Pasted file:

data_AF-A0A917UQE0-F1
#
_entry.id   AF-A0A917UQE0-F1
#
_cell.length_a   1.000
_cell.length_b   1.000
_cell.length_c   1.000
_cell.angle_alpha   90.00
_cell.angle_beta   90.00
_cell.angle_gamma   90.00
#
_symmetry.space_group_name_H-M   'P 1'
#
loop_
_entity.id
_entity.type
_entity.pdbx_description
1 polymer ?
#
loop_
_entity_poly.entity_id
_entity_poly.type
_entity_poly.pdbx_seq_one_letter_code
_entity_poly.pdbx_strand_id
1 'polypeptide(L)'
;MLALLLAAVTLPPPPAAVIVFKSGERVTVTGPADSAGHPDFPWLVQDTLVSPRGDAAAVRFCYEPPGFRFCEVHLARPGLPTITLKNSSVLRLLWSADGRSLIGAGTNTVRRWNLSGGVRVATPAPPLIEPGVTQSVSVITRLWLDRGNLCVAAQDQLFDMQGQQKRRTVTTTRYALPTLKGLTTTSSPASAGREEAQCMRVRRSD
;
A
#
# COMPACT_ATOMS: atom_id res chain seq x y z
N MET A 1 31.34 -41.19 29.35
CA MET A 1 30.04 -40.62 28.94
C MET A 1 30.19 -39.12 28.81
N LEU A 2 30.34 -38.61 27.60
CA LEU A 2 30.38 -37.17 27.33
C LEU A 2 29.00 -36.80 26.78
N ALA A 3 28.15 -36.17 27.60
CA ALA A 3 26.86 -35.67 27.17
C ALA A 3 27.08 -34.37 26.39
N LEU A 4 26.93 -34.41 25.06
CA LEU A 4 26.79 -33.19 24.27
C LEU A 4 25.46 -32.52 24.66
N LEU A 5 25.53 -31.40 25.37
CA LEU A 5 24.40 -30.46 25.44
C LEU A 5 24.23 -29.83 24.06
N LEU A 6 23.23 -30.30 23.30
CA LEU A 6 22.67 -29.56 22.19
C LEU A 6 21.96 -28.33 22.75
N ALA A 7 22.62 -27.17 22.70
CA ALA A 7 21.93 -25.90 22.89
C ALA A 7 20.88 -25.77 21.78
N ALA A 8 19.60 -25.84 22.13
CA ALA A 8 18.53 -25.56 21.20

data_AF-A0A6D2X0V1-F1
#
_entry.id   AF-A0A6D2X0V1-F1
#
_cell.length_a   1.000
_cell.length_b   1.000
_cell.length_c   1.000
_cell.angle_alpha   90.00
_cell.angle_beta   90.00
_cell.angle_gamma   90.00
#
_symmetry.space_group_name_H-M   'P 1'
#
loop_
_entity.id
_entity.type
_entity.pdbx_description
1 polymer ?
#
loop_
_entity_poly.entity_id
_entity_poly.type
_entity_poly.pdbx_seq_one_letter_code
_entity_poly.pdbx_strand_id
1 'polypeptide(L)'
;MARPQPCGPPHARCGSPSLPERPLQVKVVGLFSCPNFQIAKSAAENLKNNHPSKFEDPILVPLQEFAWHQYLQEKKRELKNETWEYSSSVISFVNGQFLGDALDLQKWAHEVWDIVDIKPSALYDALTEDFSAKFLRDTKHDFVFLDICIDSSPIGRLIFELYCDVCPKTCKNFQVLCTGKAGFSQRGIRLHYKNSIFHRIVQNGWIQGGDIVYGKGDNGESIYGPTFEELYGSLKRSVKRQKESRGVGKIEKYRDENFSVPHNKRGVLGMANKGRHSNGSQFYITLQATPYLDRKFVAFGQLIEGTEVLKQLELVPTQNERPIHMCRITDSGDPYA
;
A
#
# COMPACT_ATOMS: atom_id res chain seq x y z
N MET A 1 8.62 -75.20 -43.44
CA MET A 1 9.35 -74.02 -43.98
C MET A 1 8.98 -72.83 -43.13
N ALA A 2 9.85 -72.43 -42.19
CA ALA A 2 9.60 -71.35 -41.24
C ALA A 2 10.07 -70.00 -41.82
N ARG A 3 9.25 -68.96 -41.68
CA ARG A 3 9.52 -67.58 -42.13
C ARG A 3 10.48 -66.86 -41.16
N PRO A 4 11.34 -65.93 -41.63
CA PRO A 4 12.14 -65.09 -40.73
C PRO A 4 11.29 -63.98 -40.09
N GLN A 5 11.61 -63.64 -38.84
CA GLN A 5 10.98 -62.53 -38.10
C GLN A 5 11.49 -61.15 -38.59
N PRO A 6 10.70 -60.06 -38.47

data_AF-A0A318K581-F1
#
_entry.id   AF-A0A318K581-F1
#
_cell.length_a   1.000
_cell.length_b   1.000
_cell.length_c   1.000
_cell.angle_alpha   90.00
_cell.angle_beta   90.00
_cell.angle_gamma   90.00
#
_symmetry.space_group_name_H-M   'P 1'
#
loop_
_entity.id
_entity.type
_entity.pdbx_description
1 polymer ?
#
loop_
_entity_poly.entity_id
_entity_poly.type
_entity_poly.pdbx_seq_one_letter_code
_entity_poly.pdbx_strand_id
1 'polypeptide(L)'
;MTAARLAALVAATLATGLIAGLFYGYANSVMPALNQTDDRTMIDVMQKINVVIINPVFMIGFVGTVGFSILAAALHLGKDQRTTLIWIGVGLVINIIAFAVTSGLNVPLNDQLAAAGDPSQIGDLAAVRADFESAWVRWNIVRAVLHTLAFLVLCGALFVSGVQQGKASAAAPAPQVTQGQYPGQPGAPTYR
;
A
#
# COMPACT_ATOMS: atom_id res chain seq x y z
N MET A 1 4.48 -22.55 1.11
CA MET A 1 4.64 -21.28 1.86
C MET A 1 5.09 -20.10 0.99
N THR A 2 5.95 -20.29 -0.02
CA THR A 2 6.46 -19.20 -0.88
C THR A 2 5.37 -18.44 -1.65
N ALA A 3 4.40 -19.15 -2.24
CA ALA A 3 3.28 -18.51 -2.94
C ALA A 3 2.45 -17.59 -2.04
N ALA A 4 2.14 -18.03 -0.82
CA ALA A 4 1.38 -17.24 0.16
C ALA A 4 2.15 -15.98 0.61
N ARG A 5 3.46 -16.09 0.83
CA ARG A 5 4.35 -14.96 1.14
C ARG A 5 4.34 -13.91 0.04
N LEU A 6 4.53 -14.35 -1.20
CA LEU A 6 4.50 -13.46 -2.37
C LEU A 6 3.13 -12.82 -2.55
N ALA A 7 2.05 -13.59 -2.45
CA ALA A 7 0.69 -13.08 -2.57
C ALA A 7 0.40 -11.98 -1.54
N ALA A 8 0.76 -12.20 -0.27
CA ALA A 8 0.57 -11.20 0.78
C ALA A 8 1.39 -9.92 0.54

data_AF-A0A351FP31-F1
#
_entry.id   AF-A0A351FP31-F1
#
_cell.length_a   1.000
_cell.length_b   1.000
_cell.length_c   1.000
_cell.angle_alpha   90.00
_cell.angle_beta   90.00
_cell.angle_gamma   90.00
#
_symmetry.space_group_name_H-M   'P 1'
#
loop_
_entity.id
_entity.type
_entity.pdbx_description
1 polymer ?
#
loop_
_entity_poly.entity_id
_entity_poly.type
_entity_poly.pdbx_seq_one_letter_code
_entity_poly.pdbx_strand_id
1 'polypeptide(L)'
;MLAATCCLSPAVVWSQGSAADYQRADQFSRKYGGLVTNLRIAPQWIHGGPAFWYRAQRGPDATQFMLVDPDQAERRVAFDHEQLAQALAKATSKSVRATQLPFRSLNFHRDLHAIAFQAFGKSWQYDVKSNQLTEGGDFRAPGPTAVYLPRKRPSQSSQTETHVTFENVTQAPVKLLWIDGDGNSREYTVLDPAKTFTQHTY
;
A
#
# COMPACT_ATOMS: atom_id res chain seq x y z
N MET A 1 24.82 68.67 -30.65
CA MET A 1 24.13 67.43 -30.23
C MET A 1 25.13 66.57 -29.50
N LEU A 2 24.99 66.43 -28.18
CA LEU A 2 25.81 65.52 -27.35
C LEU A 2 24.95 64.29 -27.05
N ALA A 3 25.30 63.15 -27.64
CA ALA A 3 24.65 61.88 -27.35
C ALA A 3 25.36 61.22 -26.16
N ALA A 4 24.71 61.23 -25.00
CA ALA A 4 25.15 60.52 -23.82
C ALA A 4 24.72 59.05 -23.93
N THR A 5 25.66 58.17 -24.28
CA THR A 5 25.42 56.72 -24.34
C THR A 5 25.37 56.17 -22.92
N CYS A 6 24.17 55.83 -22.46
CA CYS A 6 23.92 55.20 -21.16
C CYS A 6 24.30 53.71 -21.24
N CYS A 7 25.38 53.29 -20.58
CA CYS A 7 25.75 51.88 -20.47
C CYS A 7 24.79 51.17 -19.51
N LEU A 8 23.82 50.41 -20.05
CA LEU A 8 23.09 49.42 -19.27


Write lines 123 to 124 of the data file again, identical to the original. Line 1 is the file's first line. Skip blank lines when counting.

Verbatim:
_entity_poly.pdbx_strand_id
1 'polypeptide(L)'